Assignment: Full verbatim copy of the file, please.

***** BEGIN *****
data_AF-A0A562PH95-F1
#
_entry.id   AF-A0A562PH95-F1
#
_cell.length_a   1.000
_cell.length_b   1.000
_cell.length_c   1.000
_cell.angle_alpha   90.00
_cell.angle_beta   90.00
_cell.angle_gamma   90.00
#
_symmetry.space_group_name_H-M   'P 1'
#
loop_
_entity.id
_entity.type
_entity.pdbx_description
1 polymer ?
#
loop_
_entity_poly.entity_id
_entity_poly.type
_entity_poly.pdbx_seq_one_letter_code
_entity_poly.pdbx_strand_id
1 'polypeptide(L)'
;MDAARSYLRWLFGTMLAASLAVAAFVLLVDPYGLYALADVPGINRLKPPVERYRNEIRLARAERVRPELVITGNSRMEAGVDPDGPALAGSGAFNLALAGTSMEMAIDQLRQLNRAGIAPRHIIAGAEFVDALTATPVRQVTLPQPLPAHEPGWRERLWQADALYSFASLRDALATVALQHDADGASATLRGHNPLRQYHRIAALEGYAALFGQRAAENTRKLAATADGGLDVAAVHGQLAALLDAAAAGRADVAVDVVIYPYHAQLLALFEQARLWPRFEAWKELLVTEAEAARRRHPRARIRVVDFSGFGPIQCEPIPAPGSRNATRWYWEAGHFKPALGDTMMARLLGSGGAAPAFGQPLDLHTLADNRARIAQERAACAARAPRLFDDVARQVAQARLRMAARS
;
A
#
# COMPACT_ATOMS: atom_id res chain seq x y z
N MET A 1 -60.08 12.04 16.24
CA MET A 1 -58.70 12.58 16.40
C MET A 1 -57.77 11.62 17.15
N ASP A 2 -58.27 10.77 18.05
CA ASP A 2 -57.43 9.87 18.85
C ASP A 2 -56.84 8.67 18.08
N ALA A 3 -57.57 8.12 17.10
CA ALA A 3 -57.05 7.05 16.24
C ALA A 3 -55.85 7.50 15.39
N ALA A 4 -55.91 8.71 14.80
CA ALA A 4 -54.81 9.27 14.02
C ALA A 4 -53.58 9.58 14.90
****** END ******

data_AF-A0A562PH95-F1
#
_entry.id   AF-A0A562PH95-F1
#
_cell.length_a   1.000
_cell.length_b   1.000
_cell.length_c   1.000
_cell.angle_alpha   90.00
_cell.angle_beta   90.00
_cell.angle_gamma   90.00
#
_symmetry.space_group_name_H-M   'P 1'
#
loop_
_entity.id
_entity.type
_entity.pdbx_description
1 polymer ?
#
loop_
_entity_poly.entity_id
_entity_poly.type
_entity_poly.pdbx_seq_one_letter_code
_entity_poly.pdbx_strand_id
1 'polypeptide(L)'
;MDAARSYLRWLFGTMLAASLAVAAFVLLVDPYGLYALADVPGINRLKPPVERYRNEIRLARAERVRPELVITGNSRMEAGVDPDGPALAGSGAFNLALAGTSMEMAIDQLRQLNRAGIAPRHIIAGAEFVDALTATPVRQVTLPQPLPAHEPGWRERLWQADALYSFASLRDALATVALQHDADGASATLRGHNPLRQYHRIAALEGYAALFGQRAAENTRKLAATADGGLDVAAVHGQLAALLDAAAAGRADVAVDVVIYPYHAQLLALFEQARLWPRFEAWKELLVTEAEAARRRHPRARIRVVDFSGFGPIQCEPIPAPGSRNATRWYWEAGHFKPALGDTMMARLLGSGGAAPAFGQPLDLHTLADNRARIAQERAACAARAPRLFDDVARQVAQARLRMAARS
;
A
#
# COMPACT_ATOMS: atom_id res chain seq x y z
N MET A 1 -60.08 12.04 16.24
CA MET A 1 -58.70 12.58 16.40
C MET A 1 -57.77 11.62 17.15
N ASP A 2 -58.27 10.77 18.05
CA ASP A 2 -57.43 9.87 18.85
C ASP A 2 -56.84 8.67 18.08
N ALA A 3 -57.57 8.12 17.10
CA ALA A 3 -57.05 7.05 16.24
C ALA A 3 -55.85 7.50 15.39
N ALA A 4 -55.91 8.71 14.80
CA ALA A 4 -54.81 9.27 14.02
C ALA A 4 -53.58 9.58 14.90